This is one of the most refreshingly distinctive albums I have bought in a while, and I'll definitely be looking forward to the band's next album. ~2007 IcemanJ256
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on June 7, 2006
In all my years of listening to music, I have never once felt compelled to post a review of an album on Amazon, but I just can't keep quiet about Floating World. This album is 54 straight minutes of enthralling, absolutely breathtaking music from (in my opinion) one of the best and most creative bands playing today. The packaging is amazing, too. I'm thrilled that it's getting national distribution! Please pick up this CD, and drive any distance necessary to see this band live. It's worth it.
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on June 8, 2006
Unlike anything you've ever listened to, Anathallo combines warm sounding trombones and trumpets with xylophones (or marimba or some sort of percussive melodic instrument) with velcro and ratchets and playing cards. Creative and complex rhythms (try to clap along, I dare you) and beautiful melodies make this band one of the best I have ever heard. If the radio bores you and you need something truly unique on your iPod, this is the band for you.
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on June 6, 2006
Floating World is beauty captured on a CD. There's not enough good I could say about it... Every song is gorgeous and intricate. Each time I listen to it I uncover more about each song and enjoy it more! I could do my best to describe this CD for you, but I think it's more something you have to hear for yourself than be told about. Do yourself a favor and buy this CD!
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on June 9, 2006
I bought this on a whim. The name Anathallo has been around for a while, but my lazy, uneducated impression was that they were some dumb Sigur Ros knock-off or something like that. But the packaging of "Floating World" was so esquisite when I saw it at the local indie record store I picked it up anyway.

And they proved me just about utterly wrong. While I won't deny that there are some Sigur Ros elements, there are many more times where artists like The Animal Collective or Sufjan Stevens are more apt comparrisons. Yet unlike other indie groups who are nothing more than paint-by-numbers wanna-bes, Anathallo bolsters their sound by writing exceptional songs. They impress you by what they do... not how they sound.

Undoubtedly if this CD finds an audience, Anathallo could be topping many year-end lists.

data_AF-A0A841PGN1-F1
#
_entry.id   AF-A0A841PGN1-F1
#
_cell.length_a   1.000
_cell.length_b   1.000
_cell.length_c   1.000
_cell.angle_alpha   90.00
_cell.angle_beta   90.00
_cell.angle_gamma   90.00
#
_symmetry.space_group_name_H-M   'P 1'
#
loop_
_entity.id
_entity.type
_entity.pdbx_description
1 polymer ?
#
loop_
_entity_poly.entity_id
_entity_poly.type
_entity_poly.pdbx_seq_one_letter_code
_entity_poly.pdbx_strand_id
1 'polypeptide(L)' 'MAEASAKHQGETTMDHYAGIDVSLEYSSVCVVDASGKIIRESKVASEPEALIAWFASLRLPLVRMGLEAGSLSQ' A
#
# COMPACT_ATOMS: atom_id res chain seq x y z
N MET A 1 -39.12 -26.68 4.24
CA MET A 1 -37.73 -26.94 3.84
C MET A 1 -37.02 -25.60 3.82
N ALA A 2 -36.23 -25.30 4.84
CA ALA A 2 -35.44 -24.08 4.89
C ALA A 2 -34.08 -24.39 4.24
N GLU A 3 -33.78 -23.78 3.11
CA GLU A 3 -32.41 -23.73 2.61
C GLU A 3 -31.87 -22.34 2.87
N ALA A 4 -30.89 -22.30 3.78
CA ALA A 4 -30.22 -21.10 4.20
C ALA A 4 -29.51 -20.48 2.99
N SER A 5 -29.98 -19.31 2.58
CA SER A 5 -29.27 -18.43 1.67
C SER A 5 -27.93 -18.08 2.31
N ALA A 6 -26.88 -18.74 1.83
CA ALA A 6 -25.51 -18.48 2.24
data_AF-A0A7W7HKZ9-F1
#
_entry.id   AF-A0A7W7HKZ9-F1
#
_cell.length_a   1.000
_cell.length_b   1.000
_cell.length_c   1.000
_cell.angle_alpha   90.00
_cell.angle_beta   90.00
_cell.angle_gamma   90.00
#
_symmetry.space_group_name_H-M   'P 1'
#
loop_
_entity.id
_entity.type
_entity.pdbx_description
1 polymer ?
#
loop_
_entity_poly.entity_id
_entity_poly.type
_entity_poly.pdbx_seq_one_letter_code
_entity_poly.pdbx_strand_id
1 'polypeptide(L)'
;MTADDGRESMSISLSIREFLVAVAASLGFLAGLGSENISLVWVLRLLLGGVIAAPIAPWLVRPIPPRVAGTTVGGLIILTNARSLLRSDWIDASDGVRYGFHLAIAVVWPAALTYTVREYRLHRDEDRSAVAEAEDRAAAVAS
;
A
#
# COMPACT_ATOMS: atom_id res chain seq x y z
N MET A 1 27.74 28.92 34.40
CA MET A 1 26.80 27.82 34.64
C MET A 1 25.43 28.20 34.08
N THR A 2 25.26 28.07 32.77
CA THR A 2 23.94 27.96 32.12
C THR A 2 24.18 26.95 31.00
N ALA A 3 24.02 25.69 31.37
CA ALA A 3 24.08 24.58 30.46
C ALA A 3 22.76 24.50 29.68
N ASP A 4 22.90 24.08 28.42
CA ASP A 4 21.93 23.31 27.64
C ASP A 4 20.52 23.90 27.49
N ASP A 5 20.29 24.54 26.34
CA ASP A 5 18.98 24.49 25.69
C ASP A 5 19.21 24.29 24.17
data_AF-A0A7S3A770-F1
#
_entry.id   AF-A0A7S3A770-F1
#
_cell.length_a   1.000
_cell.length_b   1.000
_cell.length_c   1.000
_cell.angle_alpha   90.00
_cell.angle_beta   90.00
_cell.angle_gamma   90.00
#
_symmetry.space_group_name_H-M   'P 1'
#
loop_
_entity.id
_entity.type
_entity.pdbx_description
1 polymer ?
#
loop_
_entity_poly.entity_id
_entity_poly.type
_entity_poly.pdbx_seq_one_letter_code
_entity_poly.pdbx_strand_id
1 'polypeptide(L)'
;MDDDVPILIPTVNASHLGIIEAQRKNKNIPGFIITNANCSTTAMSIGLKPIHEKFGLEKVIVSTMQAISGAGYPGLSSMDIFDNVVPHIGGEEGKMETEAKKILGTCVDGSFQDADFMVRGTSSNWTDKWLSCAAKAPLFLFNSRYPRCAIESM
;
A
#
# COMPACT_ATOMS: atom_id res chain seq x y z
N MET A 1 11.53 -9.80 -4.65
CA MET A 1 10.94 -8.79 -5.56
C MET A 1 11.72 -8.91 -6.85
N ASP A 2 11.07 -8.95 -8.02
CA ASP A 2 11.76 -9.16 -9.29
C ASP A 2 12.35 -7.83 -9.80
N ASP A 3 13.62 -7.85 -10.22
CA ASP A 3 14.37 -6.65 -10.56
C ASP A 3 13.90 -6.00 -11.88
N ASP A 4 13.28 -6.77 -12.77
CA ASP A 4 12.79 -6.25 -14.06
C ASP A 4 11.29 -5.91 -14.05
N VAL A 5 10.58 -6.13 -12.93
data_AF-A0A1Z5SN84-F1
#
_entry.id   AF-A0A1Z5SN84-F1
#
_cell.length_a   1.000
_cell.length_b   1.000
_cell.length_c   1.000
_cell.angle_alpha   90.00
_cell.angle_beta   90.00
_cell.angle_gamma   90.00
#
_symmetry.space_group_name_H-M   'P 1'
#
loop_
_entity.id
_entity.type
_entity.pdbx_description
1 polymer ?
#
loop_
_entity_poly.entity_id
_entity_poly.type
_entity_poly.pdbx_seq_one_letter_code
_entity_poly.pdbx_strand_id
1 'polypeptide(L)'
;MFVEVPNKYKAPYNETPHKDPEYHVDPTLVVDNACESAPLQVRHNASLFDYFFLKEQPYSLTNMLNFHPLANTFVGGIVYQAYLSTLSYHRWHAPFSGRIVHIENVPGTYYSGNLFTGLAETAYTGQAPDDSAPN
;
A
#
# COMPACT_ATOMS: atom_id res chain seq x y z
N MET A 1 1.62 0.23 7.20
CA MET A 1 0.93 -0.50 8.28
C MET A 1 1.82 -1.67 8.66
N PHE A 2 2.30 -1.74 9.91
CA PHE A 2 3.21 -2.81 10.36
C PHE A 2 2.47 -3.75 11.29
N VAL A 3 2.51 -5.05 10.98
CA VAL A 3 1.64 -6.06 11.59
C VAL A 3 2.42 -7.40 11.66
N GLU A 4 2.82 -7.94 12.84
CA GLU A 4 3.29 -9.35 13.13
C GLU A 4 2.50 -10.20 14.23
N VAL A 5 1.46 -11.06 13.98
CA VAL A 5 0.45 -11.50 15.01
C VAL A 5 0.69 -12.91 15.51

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on January 19, 2007
"Floating World" takes you on a whimsical and unique journey. It is a beautiful story, told through smooth harmonies and twinkles. A story that makes you feel connected to the world. The musical talent and creativity are un-like anything I have ever heard. Anathallo uses music to create a portrait that is rich and flavorful. It will make you happy to be apart of this "Floating World."
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on November 22, 2006
Listening to this album is such a joy! Anathallo mixes the sound of classical minimalist inspired bands like Sigur Ros with a genuine message to create unique and meaningful music. I particularly enjoy tracks five through seven--a beautiful sequence of songs to compliment any activity in my day! This album is a fantastic supplement for fans who find themselves in between Anathallo concerts.
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on January 30, 2013
Anathallo - Floating World

Anathallo's "Floating World" is a wonderfully expansive album that is full of character and life. This seven-piece ensemble wrote and recorded this creative album as a concept album telling the story of a Japanese ancient fairly tale.

Musically Anathallo mix brass with rock instrumentation over which Matt Joynet adds his fragile voice and enriched lyrics which works very well to the muisc. Musically this band would be kind of a symphonic version of say a mix of The Flaming Lips and The Fleet Foxes. Sound effects are used throughout the album too to add to their working concepts and ideas.

A times this album almost plays like a movie soundtrack with some really moving and theatrical-like musical moments.

This is truely a beautiful album full of rich creativity and interesting song construction that is not to be missed.